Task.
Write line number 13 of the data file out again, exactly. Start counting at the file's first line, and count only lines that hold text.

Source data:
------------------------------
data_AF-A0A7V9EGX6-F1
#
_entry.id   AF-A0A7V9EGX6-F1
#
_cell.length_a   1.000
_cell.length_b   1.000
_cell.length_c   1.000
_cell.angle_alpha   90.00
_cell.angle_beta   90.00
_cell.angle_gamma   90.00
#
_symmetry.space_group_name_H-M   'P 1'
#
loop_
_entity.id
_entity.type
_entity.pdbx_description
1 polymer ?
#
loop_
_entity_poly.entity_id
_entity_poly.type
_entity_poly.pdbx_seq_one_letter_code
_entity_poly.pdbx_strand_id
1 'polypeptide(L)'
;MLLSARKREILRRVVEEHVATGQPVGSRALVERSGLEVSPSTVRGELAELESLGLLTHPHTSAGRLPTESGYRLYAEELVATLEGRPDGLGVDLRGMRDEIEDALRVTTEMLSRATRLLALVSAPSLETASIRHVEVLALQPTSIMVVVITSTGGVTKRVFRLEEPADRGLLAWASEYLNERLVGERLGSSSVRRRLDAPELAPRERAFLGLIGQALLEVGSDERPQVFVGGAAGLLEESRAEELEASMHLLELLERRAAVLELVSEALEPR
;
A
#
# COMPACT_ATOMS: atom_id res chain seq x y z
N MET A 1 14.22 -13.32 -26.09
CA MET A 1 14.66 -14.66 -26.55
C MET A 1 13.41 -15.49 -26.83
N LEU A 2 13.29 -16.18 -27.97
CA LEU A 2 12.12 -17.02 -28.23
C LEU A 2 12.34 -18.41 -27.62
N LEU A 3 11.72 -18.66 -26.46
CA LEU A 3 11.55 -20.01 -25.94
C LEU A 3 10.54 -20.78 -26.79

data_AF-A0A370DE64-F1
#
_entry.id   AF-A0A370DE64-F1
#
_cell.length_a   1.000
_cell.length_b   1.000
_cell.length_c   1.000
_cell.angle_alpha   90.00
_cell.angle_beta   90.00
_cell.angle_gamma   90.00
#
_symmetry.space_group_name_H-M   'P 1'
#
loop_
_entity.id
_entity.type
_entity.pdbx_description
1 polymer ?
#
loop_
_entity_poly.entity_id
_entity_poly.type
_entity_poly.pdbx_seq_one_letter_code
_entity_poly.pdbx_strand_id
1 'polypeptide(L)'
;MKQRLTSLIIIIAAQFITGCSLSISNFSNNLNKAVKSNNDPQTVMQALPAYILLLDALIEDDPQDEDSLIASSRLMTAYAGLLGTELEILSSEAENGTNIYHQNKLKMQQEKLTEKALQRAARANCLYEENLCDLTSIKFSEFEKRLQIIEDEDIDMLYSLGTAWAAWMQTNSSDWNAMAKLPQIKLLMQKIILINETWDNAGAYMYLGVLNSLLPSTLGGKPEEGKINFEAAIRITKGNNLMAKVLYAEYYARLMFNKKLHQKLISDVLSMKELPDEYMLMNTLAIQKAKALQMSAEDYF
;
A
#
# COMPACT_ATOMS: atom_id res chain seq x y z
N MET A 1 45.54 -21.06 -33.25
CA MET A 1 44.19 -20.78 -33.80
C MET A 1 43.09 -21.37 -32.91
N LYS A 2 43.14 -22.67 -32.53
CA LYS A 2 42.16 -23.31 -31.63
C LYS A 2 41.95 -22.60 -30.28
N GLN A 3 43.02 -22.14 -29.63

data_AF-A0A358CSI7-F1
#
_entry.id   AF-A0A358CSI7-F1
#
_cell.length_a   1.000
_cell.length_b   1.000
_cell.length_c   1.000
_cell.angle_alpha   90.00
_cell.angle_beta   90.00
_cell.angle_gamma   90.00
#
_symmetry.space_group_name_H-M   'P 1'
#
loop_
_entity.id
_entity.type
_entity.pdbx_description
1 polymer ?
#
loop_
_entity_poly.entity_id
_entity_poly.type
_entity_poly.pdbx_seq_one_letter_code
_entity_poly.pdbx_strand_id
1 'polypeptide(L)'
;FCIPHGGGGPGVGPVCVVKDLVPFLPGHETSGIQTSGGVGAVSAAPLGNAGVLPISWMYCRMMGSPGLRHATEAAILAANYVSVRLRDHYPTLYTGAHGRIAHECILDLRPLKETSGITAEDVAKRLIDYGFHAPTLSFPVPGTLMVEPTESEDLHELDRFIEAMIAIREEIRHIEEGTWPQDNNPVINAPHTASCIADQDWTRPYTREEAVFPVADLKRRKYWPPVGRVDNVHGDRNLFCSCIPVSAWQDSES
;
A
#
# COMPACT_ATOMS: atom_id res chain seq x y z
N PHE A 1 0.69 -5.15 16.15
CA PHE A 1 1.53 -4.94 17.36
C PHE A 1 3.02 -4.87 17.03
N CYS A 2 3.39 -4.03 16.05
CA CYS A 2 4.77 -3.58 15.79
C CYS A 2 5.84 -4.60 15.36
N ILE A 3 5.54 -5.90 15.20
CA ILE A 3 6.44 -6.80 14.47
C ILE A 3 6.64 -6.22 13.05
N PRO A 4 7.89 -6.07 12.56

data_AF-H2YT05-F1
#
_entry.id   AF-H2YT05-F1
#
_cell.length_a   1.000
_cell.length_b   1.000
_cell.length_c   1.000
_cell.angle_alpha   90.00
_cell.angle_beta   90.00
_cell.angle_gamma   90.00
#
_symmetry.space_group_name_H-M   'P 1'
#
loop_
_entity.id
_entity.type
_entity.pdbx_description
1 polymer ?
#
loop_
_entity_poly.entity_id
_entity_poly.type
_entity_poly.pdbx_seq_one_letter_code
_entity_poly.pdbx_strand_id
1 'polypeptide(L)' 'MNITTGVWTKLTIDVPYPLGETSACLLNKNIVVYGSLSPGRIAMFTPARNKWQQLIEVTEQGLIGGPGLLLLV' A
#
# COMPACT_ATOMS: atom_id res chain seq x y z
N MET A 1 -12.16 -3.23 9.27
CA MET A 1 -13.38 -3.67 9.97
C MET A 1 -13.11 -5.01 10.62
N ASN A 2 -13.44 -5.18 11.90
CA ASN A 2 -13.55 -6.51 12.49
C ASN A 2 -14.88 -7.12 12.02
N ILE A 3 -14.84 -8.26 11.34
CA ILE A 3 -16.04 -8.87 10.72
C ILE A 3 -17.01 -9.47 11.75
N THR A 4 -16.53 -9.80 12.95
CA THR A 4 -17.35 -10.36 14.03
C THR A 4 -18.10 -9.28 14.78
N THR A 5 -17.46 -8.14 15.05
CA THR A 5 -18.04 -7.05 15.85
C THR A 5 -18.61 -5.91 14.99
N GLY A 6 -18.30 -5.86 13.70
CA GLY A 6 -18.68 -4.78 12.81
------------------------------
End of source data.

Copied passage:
#